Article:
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How to propagate gazania

Updated April 14, 2018

The name gazania refers to a genus of perennial flowers native to southern Africa. Many species of gazania are cultivated as ornamental plants for their velvety, silver-green foliage and showy flowers, which bear a resemblance to daisies in shape but occur in a variety of colour combinations. The hardiness of gazania plants endears them to many gardeners, and they are commonly planted as drought-resistant groundcover, or low-water, landscaping. Propagating gazanias is very simple since they grow readily from seed, cuttings and root division. In the UK, you'll need to grow them inside as a houseplant or under glass.

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Propagate from seed

  1. Collect seed from a healthy gazania plant in late summer. Insert a dried seed head into an envelope or fold a sheet of paper around it. Shake the seeds free into the envelope or folded paper and store them in a cool, dry place until late winter.

  2. Prepare the seedling tray four weeks before the last frost in spring. Fill the tray with standard potting soil. Moisten the soil to a 5 cm (2 inch) depth with a spray bottle. Allow it to drain for approximately 20 minutes before sowing the gazania seeds.

  3. Plant the gazania seeds to a depth of 3 mm (1/8 inch) and leave 5 cm (2 inch) spaces between each one. Sprinkle a light layer of sand over the top of the seedling tray.

  4. Place the tray someplace warm with bright, indirect light and good air circulation. Water the gazania seeds to a depth of 5 cm (2 inches) every five days until they germinate, then decrease watering to 2.5 cm (1 inch) every five days.

  5. Start checking for signs of germination after six days.

Propagate from cuttings

  1. Take several soft-tip cuttings from a vigorous gazania plant in spring. Select a 7.5 cm (3 inch) portion from the tip of a new stem with abundant foliage and no flower bud or terminal. Snip the cutting using bypass pruners and place it in water while you prepare the sprouting tray.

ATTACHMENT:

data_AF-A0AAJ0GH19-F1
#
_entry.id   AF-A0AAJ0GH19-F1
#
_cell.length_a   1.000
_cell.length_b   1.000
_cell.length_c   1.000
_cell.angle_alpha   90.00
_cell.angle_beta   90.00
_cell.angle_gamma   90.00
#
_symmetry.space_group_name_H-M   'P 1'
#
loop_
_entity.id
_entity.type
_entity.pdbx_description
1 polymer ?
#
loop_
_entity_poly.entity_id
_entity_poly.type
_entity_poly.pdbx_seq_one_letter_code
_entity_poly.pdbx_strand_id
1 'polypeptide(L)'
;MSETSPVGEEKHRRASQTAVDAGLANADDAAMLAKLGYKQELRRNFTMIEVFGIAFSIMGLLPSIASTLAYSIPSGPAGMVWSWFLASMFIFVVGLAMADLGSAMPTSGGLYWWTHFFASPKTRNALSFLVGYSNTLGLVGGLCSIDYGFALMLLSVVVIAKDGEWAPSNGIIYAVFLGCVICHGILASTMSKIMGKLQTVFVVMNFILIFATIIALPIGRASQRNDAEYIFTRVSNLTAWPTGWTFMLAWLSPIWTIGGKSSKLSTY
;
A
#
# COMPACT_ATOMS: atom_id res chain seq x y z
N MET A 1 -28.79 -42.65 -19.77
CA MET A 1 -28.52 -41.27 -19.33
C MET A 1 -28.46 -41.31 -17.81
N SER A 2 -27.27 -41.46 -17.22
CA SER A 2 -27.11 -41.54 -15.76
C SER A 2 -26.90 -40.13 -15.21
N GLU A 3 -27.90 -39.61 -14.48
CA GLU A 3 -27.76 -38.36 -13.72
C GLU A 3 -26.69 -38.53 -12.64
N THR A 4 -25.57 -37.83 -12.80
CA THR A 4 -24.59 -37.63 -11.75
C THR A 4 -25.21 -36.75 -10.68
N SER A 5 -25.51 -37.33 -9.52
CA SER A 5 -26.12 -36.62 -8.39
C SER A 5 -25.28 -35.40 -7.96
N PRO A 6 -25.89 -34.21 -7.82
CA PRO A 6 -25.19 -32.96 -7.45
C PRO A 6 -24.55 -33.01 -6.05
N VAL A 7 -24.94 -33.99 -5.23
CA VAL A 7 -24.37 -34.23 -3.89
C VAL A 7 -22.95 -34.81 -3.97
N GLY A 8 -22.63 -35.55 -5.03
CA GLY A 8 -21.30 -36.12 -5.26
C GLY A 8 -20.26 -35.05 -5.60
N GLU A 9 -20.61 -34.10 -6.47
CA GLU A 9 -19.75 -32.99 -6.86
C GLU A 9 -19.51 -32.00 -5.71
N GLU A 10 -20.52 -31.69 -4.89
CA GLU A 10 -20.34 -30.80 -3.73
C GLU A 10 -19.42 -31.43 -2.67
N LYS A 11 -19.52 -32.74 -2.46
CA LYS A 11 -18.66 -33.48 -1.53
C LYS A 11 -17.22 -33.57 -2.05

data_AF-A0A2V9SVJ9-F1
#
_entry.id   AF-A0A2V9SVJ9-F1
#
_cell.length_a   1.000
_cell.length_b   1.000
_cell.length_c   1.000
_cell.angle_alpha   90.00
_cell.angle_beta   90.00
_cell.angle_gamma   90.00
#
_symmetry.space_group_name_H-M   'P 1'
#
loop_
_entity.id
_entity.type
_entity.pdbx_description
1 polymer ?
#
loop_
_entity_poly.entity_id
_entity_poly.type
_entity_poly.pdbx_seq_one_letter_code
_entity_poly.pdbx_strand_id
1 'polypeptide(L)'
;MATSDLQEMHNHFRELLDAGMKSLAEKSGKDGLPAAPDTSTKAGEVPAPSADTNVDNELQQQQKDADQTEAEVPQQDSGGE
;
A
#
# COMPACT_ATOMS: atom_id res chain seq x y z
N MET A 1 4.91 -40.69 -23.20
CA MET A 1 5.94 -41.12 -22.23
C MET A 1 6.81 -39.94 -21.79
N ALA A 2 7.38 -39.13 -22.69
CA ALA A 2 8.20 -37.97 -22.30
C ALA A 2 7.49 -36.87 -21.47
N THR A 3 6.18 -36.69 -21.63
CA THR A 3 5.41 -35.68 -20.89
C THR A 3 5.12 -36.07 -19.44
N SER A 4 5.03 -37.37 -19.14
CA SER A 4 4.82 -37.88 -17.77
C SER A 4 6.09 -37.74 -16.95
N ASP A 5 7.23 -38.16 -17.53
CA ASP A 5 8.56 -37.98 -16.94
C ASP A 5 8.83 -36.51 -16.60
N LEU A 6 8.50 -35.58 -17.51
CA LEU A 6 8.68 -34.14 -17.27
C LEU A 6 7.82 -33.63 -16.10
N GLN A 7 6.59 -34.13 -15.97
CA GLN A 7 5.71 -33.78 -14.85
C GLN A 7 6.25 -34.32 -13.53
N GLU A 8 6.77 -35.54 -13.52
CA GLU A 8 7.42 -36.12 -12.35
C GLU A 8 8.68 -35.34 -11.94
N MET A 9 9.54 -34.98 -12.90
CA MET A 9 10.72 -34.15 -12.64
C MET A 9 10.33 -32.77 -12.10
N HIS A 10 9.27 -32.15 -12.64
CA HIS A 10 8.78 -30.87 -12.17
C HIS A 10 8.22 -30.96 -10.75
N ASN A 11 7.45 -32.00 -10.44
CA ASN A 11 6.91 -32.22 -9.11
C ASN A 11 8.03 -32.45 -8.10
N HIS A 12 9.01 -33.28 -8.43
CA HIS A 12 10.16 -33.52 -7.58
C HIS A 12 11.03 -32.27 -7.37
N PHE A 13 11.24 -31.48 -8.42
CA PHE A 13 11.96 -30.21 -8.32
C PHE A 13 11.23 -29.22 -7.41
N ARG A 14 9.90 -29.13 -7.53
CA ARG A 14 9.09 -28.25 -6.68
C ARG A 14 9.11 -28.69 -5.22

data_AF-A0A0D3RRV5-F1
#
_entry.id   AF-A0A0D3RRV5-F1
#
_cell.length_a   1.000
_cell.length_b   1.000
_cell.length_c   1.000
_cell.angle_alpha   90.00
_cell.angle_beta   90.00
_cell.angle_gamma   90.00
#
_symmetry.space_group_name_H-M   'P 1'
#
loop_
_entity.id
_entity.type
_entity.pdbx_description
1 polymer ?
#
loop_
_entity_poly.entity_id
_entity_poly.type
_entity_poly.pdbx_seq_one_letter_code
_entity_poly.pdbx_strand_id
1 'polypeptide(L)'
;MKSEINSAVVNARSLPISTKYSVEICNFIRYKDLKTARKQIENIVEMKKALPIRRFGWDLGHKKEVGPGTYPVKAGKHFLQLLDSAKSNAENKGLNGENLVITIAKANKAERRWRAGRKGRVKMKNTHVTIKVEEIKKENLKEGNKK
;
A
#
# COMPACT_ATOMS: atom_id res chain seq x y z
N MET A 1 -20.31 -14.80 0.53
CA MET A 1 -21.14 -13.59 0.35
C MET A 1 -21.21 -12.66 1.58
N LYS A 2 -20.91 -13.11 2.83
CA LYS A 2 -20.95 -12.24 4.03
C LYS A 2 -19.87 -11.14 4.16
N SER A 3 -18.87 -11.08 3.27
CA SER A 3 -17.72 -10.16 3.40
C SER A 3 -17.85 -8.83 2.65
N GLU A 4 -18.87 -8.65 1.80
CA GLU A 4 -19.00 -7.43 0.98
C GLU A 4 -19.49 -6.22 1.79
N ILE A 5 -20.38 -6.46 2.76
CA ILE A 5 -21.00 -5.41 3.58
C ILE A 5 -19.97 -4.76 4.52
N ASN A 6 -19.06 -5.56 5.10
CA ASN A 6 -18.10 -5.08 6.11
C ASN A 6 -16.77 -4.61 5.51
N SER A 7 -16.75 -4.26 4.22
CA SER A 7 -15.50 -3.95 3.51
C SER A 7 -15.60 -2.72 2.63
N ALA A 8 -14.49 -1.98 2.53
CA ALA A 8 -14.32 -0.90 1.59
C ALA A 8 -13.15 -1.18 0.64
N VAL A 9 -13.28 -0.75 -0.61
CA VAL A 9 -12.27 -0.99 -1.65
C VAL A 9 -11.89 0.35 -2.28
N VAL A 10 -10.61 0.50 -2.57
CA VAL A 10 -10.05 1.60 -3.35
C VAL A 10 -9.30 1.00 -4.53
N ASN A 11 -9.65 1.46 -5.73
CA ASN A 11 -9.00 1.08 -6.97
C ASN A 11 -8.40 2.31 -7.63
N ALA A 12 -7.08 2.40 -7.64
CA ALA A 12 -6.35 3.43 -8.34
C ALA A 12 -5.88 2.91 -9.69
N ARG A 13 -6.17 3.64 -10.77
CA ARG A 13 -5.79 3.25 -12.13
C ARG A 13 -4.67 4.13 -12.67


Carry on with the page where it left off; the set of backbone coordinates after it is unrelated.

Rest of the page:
2. Fill a seedling tray with a mixture of equal parts potting soil and sand. Moisten the soil mixture throughout its entire depth and allow it to drain for five minutes or so.

  3. Remove the cuttings from the water. Pinch off the foliage from the lower portion of the stem so that 2.5 cm (1 inch) is bare. Insert the gazania cuttings into the moistened soil up to the bottom set of leaves.

  4. Insert eight craft sticks or tongue depressors into the soil around the edge of the tray. Place one at each corner and one at equal distances between each of those.

  5. Drape cling film over the sticks to create a greenhouselike environment. Place the gazania cuttings someplace with bright light and temperatures above 18 degrees C (65F).

  6. Check for root growth after 15 days. Move the cuttings to a permanent pot as soon as they root and put on 2.5 cm (1 inch) or so of growth.

Propagate from root division

  1. Divide a 60 cm (2 feet) square portion of a vigorous and well-established gazania plant in autumn or early spring. Measure the portion to be divided and mark the edges.

  2. Insert the blade of a shovel at least 15 cm (6 inches) into the soil around the division. Work the shovel under the edge of the division and gently pry it up. Work your way around the division until it is completely free from the main portion of the plant.

  3. Lift the half portion of gazania out of the bed and move it to a large work area such as a patio or a garden bench. Cut the gazania division into four smaller portions using a gardening knife.

  4. Plant the divisions 25 to 30 cm (10 to 12 inches) apart in a sunny bed with good drainage. Water the divisions to a depth of 17.5 cm (7 inches) every ten days for one month, then decrease watering to 12.5 cm (5 inches) every ten days.

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Things You'll Need

  • Envelope or sheet of paper
  • Seedling tray
  • Potting soil
  • Spray bottle
  • Sand
  • Bypass pruners
  • Wooden craft sticks
  • Cling film
  • Shovel
  • Gardening knife

About the Author

S. McMullen

Samantha McMullen began writing professionally in 2001. Her nearly 20 years of experience in horticulture informs her work, which has appeared in publications such as Mother Earth News.

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